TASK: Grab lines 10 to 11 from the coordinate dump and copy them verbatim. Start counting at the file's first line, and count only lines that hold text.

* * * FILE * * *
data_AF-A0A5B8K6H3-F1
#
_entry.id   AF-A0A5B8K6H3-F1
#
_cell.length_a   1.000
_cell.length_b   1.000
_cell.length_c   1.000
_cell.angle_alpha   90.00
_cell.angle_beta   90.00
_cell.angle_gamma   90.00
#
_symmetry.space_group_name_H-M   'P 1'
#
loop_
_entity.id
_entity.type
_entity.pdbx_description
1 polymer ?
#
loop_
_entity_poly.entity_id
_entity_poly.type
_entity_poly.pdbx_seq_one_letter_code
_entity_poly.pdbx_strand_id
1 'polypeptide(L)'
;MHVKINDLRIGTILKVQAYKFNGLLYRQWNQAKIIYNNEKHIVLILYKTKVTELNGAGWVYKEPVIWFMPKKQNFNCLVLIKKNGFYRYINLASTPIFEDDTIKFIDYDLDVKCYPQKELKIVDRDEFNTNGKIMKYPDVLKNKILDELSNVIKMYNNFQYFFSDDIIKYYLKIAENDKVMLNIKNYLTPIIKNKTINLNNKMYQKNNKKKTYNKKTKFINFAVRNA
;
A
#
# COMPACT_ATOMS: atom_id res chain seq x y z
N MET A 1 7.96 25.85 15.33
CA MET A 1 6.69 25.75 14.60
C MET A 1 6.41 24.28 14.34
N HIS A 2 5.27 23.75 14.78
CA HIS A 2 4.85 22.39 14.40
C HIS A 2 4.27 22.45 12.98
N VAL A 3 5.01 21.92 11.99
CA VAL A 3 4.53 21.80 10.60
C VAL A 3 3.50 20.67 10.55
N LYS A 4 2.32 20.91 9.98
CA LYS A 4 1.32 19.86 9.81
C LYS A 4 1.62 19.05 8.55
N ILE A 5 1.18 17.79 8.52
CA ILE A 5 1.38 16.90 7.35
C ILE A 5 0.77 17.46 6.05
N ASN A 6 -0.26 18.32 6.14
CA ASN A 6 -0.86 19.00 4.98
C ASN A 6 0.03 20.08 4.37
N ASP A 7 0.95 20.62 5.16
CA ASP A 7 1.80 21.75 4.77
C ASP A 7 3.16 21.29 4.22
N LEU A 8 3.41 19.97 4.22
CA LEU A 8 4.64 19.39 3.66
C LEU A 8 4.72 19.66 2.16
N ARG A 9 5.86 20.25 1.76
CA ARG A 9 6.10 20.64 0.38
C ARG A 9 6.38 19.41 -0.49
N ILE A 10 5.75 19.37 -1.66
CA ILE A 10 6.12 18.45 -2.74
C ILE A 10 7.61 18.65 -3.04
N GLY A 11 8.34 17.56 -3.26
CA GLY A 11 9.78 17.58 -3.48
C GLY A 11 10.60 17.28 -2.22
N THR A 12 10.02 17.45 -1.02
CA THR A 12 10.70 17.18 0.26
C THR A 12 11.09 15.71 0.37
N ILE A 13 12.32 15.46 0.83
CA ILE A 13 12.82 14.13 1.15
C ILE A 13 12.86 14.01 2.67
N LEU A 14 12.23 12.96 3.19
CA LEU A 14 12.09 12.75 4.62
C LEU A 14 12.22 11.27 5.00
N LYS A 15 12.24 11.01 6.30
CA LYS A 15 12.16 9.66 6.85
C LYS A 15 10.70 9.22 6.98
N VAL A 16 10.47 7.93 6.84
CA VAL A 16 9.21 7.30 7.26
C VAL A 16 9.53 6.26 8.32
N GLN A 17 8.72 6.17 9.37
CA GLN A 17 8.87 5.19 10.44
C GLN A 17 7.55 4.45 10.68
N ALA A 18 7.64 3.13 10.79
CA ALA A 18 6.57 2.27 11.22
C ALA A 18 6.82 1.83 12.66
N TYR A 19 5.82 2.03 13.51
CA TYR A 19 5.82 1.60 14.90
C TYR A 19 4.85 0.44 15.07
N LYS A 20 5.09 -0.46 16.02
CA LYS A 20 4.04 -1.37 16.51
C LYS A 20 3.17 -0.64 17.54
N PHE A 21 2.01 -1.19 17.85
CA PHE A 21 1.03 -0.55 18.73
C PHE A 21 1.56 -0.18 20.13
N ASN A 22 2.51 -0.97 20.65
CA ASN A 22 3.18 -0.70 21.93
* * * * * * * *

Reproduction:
_cell.angle_gamma   90.00
#